Minnesota Woman Drowns Her Three Children In A Lake Just Hours After Her Husband's Suicide

Minnesota Woman Drowns Her Three Children In A Lake Just Hours After Her Husband's Suicide

The Minnesota woman took her own life as well and the case is being considered as a "triple murder-suicide."

Trigger Warning: This article contains graphic details of suicide that may be distressing to readers.

The bodies of a Minnesota woman and her three young children were found in a Minnesota lake on Saturday. According to PEOPLE, 23-year-old tattoo artist Molly Cheng drowned her children before ending her own life. Their deaths come hours after Molly's husband died by suicide. Officers responded to a call to a trailer park involving a possible suicide and quickly made it to Rolling Hills Estates Mobile Home Park. There the Ramsey County Sheriff's Office along with officers from the Maplewood Police Department found the body of Kos Lee.



Five hours later, they "responded to a welfare check in the area of Vadnais-Sucker Lake Regional Park" in Vadnais Heights, according to a press release. "A welfare check was requested on an adult female with three small children. When deputies and officers arrived on scene, they found a vehicle and other items, which included children's shoes." "All three children referenced are believed to be under the age of five or six years old," the press release pointed out. Officials said that the medical examiner will perform autopsies on the bodies to determine the causes of death. “We’re treating this as a potential triple-homicide here at Lake Vadnais,” Ramsay County Sheriff Bob Fletcher told CBS News.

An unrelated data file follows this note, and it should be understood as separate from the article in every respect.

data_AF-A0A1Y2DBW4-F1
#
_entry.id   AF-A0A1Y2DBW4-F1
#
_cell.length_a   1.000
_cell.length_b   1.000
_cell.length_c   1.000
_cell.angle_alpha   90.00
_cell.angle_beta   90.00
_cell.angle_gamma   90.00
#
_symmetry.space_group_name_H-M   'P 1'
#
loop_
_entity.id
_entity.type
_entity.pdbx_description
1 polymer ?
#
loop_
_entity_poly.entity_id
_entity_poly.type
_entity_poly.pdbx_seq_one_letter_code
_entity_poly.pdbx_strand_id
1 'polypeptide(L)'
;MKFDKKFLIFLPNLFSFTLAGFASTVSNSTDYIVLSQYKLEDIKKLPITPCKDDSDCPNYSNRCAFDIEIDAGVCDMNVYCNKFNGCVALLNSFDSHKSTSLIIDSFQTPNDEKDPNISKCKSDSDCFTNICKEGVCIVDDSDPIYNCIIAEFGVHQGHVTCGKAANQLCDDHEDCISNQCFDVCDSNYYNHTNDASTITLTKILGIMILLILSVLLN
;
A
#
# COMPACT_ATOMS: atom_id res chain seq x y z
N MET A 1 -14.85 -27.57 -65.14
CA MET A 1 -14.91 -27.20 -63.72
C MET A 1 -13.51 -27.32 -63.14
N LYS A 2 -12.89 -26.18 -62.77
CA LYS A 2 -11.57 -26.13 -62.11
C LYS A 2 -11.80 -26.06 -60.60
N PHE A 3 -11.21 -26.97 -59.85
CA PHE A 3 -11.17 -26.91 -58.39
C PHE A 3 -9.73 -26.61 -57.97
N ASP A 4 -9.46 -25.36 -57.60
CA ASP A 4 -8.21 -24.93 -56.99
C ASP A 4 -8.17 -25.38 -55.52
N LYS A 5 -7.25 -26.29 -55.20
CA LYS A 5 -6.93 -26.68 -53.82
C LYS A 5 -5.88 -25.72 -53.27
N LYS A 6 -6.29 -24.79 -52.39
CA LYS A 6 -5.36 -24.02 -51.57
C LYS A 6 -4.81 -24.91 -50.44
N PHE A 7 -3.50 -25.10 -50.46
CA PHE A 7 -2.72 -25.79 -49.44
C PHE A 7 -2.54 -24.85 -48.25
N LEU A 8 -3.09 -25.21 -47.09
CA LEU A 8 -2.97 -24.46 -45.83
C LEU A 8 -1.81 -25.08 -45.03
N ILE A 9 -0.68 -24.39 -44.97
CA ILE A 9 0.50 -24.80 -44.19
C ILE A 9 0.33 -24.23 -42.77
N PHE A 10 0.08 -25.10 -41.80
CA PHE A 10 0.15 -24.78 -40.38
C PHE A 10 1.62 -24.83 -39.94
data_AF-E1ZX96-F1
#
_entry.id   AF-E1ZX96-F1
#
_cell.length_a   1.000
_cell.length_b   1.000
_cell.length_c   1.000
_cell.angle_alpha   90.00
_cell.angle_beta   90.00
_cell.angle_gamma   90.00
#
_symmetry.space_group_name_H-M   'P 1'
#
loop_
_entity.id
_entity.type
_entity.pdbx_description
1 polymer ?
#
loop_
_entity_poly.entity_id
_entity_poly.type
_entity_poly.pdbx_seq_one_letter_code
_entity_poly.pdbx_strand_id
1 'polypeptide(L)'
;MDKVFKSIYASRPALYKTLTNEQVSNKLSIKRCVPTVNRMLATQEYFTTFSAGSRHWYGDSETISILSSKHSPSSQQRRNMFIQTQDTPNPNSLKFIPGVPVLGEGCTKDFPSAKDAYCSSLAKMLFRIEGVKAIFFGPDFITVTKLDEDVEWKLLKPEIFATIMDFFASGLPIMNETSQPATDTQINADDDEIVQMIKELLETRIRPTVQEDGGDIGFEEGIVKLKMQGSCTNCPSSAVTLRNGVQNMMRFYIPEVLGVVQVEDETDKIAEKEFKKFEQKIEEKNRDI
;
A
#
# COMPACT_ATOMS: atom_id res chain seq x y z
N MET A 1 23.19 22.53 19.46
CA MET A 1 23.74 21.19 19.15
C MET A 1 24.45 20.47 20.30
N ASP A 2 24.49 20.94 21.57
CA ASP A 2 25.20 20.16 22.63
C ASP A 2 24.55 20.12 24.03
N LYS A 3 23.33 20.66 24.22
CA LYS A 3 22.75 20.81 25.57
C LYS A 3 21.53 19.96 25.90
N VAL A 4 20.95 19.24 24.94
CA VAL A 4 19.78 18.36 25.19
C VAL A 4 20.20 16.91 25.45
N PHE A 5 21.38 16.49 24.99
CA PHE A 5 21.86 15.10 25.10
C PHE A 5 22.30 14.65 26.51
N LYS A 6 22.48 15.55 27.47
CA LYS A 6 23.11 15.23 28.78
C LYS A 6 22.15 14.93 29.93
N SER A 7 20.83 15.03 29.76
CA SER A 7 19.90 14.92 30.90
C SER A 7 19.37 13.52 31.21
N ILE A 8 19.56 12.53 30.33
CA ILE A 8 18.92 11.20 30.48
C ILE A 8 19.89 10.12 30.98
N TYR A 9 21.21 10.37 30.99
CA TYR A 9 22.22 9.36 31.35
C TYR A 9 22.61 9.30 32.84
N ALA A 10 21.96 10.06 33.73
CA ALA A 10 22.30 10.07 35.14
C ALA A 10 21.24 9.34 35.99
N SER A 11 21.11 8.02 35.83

A family member wonders that perhaps Molly and her children could have been rescued if there was professional intervention. Chong Lue Lee, the grandfather of Kos Lee told 5 EYEWITNESS NEWS, “We wish there would be 24-hour supervision for the mother and the children because of the father, because of what happened to him. In a short time, less than three hours, the police release the mother and kids, and then in that three hours, a thing happened to those children. So wouldn’t it be better for there to be 24-hour supervision after such [a] tragedy happened to their loved one?” Leaders in the community are planning on providing counselling to the victims’ families as well as Hmong families throughout the Twin Cities. According to Pioneer Press, before people begin speculating the motives behind the family suicide, Dan Reidenberg, executive director of SAVE (Suicide Awareness Voices of Education) in Bloomington, explained, “Suicide is never about one thing,” he said. “In a situation like this, if she did find out that he died by suicide, there had to have been more going on than that.”

If you are having thoughts about taking your own life, or know of anyone who is, please contact The National Suicide Prevention Lifeline at 1-800-SUICIDE (784-2433)


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